Boston, Massachusetts, US
For those of you who consider yourself advanced in the art of compositing, what is your technique of choice for getting a great hair mask. Lots of ways to skin a cat...
Provide as much, or little detail as you see fit...links to tutorials welcome as well.
May 20 13 05:34 am Link
Ankara, Ankara, Turkey
usually the backgrounds are a solid color so I start with channels, calculations and refine mask etc. whichever works or I can make work and then add bits and pieces using blend modes.
May 20 13 05:40 am Link
London, England, United Kingdom
+1 Channels is my nr. 1 choice.
May 20 13 08:44 am Link
TeresÃ³polis, Rio de Janeiro, Brazil
May 20 13 11:27 am Link
New York, New York, US
Vertus Fluid Mask works great for me to get hair fine precision cuts...however the background is best if its not a complex background to start with.
If I shoot a model in the studio against a light battleship gray background...or outdoors in front of the clear blue sky or another solid color...then the extractions can come out just great...and I can usually see every single strand of hair without any artifacts on it.
Photoshop itself does only BASIC hair cutting for me...it can handle smooth, uncomplicated edged hair pretty well. Doing fine extractions in Photoshop... even with intricate techniques and much trickery and patience... often leaves me with halos, matting, clumps or haze around the fine edges. For me I have had to purchase outside products (Like Vertus and Topaz) to get good cutting end results.
My best cuts are made with knowing I will want to cut the image afterwards...so that way... I shoot the image from the beginning to optimize the possibility of getting a great extraction. There are 4 or 5 other factors that seem to enhance the likelyhood of me getting a good end product cut.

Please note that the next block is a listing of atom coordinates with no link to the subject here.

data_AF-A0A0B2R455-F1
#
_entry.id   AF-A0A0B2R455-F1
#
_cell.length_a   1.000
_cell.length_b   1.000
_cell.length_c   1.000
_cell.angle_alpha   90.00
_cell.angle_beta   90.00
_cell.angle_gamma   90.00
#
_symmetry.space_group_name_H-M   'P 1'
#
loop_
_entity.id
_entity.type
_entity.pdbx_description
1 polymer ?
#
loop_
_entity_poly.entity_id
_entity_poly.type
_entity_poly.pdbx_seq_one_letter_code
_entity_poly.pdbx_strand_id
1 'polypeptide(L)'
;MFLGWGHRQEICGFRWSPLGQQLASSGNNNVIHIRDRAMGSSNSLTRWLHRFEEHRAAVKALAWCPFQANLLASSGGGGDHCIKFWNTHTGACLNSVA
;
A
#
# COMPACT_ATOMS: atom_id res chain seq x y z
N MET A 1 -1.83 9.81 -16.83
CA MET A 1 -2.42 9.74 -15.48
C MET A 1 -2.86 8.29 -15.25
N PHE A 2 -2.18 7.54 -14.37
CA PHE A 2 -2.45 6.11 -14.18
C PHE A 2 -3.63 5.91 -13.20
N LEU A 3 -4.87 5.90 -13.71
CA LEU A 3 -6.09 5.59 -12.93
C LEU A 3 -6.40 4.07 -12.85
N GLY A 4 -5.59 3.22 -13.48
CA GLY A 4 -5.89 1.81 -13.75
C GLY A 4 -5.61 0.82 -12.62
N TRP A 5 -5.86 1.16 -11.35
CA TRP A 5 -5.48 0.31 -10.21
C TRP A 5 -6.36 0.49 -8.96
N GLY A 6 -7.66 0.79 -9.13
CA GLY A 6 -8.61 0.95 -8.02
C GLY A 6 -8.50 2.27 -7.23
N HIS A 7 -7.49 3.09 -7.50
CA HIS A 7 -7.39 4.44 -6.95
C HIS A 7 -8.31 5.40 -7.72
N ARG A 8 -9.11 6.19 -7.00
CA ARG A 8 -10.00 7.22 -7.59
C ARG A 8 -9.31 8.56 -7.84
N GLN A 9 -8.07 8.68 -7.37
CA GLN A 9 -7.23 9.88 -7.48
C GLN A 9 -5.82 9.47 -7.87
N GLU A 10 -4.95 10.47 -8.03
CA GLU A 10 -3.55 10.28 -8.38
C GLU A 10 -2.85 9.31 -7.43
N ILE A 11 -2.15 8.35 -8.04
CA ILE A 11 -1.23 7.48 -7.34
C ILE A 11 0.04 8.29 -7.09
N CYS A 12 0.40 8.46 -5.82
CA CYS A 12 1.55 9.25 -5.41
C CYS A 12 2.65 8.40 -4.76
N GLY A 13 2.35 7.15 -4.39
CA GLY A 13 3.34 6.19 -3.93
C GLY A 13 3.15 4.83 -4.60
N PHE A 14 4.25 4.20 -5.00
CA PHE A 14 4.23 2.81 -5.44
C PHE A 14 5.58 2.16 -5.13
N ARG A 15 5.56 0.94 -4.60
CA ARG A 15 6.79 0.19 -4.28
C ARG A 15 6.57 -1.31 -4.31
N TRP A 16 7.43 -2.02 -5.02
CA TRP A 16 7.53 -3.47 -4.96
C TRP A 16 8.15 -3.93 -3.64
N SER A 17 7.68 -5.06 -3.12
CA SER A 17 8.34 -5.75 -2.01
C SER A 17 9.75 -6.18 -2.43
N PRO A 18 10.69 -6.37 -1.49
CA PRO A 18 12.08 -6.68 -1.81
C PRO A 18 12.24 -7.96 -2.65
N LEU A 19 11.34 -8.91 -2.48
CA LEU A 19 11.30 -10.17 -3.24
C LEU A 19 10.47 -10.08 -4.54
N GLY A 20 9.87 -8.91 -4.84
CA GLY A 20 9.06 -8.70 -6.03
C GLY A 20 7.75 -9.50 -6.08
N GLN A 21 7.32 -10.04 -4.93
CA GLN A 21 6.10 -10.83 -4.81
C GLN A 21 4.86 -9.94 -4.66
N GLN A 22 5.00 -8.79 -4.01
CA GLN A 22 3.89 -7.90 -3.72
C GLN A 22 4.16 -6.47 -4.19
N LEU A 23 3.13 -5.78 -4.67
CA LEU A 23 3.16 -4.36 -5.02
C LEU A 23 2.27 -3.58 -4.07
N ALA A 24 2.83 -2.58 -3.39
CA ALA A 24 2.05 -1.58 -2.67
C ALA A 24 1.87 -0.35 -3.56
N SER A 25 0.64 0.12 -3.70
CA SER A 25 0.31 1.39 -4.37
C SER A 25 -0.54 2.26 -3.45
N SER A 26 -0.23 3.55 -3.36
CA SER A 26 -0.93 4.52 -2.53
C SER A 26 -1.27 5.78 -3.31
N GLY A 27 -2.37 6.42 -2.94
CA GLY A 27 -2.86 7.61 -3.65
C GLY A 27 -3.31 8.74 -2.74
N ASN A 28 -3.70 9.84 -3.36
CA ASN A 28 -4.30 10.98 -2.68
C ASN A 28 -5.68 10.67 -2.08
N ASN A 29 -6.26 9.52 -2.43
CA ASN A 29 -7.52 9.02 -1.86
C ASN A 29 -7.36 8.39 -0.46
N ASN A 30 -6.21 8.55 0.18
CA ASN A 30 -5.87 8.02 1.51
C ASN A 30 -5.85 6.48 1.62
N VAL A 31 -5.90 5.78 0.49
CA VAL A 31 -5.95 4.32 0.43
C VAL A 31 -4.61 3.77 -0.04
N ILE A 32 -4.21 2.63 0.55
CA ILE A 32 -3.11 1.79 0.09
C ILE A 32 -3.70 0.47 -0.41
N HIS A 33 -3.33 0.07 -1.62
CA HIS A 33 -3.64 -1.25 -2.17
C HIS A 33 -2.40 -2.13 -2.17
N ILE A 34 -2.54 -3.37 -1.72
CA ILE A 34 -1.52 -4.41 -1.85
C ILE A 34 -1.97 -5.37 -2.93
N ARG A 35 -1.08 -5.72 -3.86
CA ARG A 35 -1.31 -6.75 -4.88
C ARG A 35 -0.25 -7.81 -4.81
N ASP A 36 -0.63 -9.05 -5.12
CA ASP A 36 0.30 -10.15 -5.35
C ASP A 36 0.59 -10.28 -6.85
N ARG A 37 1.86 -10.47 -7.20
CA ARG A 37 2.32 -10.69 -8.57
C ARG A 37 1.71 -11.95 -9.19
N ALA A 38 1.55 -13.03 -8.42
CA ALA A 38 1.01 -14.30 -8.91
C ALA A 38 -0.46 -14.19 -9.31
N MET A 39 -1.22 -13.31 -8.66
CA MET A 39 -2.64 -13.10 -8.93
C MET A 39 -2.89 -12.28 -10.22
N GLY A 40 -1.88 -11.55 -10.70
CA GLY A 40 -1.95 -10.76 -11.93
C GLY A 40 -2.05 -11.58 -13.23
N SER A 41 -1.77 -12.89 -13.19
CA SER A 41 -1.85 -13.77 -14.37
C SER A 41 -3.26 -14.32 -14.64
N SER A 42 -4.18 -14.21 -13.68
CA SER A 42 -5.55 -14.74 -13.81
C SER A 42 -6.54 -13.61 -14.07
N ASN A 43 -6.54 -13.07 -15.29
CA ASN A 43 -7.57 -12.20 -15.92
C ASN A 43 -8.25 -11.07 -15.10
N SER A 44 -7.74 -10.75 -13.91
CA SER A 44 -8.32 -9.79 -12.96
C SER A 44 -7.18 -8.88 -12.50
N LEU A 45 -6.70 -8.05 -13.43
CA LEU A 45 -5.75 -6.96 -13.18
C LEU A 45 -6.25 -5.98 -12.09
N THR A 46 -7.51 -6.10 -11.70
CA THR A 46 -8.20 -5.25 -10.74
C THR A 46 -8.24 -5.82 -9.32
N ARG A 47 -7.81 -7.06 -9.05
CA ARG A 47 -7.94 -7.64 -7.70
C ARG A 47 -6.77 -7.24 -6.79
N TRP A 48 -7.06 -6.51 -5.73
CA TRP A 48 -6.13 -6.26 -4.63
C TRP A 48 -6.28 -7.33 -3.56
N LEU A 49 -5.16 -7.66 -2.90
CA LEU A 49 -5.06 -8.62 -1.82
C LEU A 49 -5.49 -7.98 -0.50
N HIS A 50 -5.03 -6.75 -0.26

What are some of the success factors for me? #1. I use a Solid color background that Contrasts well with the Brightness and the Color of the hair. The background is best when it is a very simple smooth background without any texture or shadows. I dont use hot hair lights on images I intend to cut...it produces different color strands in the same area of the head... and the multiple luminance and color values confuses the software. The model needs to be separated from the background by 3-6 feet to reduce visual complexity with the background details and shadows...the more visual separation I have between the model and the background the easier it seems to cut for me. Models with black hair are great to cut, dark brown hair is usually great, red is good...BUT...blond is terrible to cut out cleanly because some strands are semi transparent and translucent and refract the background color through the strand of hair. This creates different colored hair strands...and strands that contain the background color in them sometimes. Light blond hair is very challenging to cut out unless it is shot well from the beginning and is optimized with the background. Flash images seem to cut better than the variableness of available light many times...the edges of the whispy hairs always have to be clear and clean to the naked eye if you want to be able to cut them well and clean. If they are soft or blurry, or poorly exposed, or are being hit by a shadow or a complex background...then cutting can become troublesome. Available light work, catching images as you feel them...often produces images that are taken against complex backgrounds with less than perfect light and colors to create the visual contrast you would like to have.
So, If I watch my process well, and If I shoot the model smartly.. and If I optimize each step of the work flow...THEN...I end up with perfectly cut out single strand pieces of whispy beautiful hair...if I miss one important factor...then I can end up having a bad hair day myself when I get back to the studio!!
May 23 13 03:04 pm Link